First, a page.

18. The computer program product according to claim 11, wherein the location criteria further comprise at least one of the following: geographic location; type of product distributor; customer market; cost center; sales channel; administrator; sales representatives; equipment type; and language.

19. The computer program product according to claim 11, further comprising ninth instructions for creating a picking document for specified locations within the plurality of locations, wherein the picking document is used by personnel to gather items included in the content of the order.

20. The computer program product according to claim 11, further comprising tenth instructions for updating inventory files to reflect reduction in inventory due to fulfillment of the order.

21. A system for creating sales orders, the system comprising: means for receiving a request for an order to be sent to a plurality of locations, wherein the request includes order contents and selection criteria that specify types of locations that are to receive the mass order; means for retrieving, from a database, a plurality of locations that match the selection criteria; means for creating an order template, wherein the order template specifies the contents of the order, and wherein the order template has a blank field for designating a destination to which the order should be sent; and means for creating a separate order for each of the plurality of locations retrieved from the database, wherein for each separate order a copy of the order template is created and one of the plurality of locations is filled into the blank field, wherein the separate orders for the plurality of locations all have the same content but differ in their respective destinations.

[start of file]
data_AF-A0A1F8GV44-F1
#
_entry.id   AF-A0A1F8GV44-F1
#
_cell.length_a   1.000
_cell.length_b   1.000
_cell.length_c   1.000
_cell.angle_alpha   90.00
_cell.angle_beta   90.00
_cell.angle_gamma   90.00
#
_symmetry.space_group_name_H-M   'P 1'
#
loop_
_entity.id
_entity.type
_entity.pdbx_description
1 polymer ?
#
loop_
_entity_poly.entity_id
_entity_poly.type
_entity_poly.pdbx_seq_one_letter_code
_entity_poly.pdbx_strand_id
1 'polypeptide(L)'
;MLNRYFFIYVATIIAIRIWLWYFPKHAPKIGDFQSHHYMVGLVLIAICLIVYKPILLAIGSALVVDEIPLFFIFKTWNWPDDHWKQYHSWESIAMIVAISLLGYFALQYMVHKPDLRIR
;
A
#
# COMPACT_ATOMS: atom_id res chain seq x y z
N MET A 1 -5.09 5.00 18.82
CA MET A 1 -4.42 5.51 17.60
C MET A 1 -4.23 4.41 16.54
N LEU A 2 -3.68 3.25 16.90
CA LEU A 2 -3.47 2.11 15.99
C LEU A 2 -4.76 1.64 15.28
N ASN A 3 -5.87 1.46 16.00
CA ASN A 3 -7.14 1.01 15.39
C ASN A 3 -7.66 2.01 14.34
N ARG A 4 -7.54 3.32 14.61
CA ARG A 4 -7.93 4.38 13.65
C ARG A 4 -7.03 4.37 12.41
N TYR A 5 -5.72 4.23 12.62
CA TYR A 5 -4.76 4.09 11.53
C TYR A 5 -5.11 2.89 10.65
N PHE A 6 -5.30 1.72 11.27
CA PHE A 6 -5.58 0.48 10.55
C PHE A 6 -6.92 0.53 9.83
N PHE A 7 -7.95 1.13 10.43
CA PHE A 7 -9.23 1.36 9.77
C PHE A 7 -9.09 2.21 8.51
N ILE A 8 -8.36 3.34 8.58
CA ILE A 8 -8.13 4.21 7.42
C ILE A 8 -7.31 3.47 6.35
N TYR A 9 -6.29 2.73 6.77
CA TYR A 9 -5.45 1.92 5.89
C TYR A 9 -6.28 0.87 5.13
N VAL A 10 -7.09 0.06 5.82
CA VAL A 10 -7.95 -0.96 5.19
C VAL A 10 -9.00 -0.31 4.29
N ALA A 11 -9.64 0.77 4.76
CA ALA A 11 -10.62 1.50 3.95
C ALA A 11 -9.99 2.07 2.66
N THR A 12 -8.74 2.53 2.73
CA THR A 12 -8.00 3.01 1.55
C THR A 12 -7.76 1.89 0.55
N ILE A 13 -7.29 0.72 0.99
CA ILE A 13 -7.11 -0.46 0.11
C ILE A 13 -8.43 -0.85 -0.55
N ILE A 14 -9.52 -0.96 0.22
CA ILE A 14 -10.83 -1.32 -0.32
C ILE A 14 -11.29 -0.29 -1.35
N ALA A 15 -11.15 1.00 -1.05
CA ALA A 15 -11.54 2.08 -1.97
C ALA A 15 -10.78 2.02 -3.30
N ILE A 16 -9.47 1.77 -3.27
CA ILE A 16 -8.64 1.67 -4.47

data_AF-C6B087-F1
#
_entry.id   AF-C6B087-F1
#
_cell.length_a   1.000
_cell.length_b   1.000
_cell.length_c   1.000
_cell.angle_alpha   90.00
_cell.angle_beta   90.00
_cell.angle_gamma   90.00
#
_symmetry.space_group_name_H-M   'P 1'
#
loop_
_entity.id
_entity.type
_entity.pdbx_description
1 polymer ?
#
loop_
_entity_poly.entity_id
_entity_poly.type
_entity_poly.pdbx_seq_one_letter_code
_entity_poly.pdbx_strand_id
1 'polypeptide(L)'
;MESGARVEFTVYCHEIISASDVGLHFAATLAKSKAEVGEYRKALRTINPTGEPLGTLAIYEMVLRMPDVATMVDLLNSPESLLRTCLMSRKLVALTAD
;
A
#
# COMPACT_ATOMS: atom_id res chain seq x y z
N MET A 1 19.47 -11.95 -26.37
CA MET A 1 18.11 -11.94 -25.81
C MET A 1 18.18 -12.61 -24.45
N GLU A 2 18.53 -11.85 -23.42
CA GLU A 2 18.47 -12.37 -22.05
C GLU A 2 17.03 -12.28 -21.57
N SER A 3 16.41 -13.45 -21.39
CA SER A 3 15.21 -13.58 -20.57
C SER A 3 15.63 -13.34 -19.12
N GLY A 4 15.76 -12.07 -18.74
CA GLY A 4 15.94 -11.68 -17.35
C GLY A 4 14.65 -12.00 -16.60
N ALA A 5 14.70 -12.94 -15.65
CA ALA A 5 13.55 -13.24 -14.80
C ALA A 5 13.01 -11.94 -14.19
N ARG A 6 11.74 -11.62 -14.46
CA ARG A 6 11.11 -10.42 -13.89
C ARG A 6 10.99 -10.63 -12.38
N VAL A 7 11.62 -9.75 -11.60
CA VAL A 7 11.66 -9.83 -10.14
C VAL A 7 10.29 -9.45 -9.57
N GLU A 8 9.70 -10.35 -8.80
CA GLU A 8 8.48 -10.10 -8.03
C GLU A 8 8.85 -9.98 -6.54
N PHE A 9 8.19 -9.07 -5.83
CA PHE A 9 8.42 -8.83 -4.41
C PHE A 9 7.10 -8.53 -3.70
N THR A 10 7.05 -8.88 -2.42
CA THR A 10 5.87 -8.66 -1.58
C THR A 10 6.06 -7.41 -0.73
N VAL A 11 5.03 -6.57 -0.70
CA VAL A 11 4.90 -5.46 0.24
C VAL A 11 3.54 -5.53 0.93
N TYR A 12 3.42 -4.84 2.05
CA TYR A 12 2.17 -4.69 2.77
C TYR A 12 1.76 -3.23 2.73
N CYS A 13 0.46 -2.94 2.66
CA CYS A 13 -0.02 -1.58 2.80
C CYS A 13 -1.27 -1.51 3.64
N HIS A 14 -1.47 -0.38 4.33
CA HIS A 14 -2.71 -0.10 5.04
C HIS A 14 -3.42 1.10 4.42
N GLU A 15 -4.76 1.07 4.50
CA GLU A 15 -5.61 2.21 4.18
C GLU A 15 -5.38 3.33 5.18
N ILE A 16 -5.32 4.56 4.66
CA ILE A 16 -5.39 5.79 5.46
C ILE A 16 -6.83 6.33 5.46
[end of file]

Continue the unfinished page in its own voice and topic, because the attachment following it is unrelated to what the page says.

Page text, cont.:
Description:

BACKGROUND OF THE INVENTION

[0001] 1. Technical Field

[0002] The present invention relates generally to automated order fulfillment, and more specifically to automated fulfillment of multiple orders.

[0003] 2. Description of Related Art

[0004] Modern mass distribution systems often employ “push” orders. In contrast to fulfilling specific product orders from distributors, push orders comprise sending pre-specified numbers of particular items to distributors at regular intervals, without waiting for individuals to place orders. Therefore, push orders are proactive, rather than reactive. For example, a company that sells mobile telephones might specify a push order that consists of five phone models, with a specified number of each model. In addition, the push order might also include particular accessories for the phones, as well as customer literature (e.g., promotional brochures). The items included in this push order would then be sent to specific distributors at regular intervals. For example, the push order described above might be sent every month to retail stores operating in shopping centers of a certain size or in a particular geographic region.